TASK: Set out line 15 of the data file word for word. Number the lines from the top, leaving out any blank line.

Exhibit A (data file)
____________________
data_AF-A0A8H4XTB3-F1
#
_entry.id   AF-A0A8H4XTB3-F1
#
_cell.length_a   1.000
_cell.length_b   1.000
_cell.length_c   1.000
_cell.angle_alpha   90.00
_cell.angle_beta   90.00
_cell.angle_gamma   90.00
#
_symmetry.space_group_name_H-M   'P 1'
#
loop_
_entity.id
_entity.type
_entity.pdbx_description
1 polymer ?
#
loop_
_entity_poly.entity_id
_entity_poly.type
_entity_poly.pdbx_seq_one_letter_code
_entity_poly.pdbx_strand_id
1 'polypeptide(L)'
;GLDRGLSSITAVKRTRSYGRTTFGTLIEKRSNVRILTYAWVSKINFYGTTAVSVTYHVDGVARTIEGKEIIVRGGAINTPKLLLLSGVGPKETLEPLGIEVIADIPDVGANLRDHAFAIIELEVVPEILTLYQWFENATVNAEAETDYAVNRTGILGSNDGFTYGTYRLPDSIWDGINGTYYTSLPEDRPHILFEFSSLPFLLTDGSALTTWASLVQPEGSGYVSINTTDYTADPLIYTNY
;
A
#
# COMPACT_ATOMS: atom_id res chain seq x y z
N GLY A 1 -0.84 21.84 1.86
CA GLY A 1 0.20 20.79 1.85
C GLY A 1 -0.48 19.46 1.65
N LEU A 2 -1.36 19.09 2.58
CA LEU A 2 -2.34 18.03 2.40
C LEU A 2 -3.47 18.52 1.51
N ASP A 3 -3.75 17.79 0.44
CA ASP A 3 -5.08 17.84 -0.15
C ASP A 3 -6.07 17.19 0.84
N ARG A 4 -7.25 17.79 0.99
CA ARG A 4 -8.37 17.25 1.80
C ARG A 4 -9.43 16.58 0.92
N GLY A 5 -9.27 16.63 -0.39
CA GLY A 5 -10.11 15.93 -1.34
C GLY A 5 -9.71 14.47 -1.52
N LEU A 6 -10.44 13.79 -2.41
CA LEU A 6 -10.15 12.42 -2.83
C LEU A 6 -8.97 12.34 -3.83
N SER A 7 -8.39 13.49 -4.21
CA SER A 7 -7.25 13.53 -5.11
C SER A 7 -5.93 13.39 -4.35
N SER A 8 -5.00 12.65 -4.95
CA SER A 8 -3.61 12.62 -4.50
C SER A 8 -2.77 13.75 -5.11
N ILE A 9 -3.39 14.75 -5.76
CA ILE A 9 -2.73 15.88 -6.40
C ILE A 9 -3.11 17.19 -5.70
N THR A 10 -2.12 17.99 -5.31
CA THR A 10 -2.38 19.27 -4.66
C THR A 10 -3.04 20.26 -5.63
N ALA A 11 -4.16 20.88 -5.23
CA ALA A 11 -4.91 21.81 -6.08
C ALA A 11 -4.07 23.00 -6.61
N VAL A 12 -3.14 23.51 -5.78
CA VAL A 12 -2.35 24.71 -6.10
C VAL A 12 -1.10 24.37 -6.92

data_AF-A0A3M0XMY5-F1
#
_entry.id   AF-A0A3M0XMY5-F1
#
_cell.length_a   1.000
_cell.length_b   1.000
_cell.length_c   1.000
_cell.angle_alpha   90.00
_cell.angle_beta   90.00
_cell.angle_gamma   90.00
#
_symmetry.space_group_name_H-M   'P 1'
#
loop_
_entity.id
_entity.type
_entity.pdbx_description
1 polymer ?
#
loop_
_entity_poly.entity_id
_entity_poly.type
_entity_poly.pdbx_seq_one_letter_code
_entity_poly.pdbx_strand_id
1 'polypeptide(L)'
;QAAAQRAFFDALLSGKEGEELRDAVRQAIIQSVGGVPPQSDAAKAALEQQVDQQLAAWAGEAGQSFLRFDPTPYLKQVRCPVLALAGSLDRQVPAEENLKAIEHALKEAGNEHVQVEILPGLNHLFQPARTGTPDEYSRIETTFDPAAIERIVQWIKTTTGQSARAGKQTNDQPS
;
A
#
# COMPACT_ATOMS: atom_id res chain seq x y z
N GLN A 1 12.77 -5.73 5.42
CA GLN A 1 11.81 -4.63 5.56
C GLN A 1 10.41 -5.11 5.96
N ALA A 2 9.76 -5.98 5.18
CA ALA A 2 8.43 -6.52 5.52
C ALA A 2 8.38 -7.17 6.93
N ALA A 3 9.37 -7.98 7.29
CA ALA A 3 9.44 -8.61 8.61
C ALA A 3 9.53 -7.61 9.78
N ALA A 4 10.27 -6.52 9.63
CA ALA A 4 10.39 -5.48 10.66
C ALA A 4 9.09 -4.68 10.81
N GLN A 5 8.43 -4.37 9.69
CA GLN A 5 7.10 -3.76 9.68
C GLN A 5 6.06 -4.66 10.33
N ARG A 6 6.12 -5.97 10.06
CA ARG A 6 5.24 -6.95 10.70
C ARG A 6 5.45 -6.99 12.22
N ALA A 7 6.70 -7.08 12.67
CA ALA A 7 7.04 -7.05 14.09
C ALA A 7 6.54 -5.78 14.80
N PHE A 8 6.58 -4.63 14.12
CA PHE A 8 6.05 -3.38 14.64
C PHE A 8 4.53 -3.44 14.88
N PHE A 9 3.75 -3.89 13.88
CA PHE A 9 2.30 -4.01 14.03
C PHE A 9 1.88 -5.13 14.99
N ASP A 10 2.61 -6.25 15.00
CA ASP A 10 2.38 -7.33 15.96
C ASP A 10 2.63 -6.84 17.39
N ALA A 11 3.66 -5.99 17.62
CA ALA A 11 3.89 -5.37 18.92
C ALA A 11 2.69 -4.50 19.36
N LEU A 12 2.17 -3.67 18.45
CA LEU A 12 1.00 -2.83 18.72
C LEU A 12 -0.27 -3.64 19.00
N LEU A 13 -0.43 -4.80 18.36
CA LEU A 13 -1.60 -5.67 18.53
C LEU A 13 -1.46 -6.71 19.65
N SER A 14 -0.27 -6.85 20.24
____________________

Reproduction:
_entity.id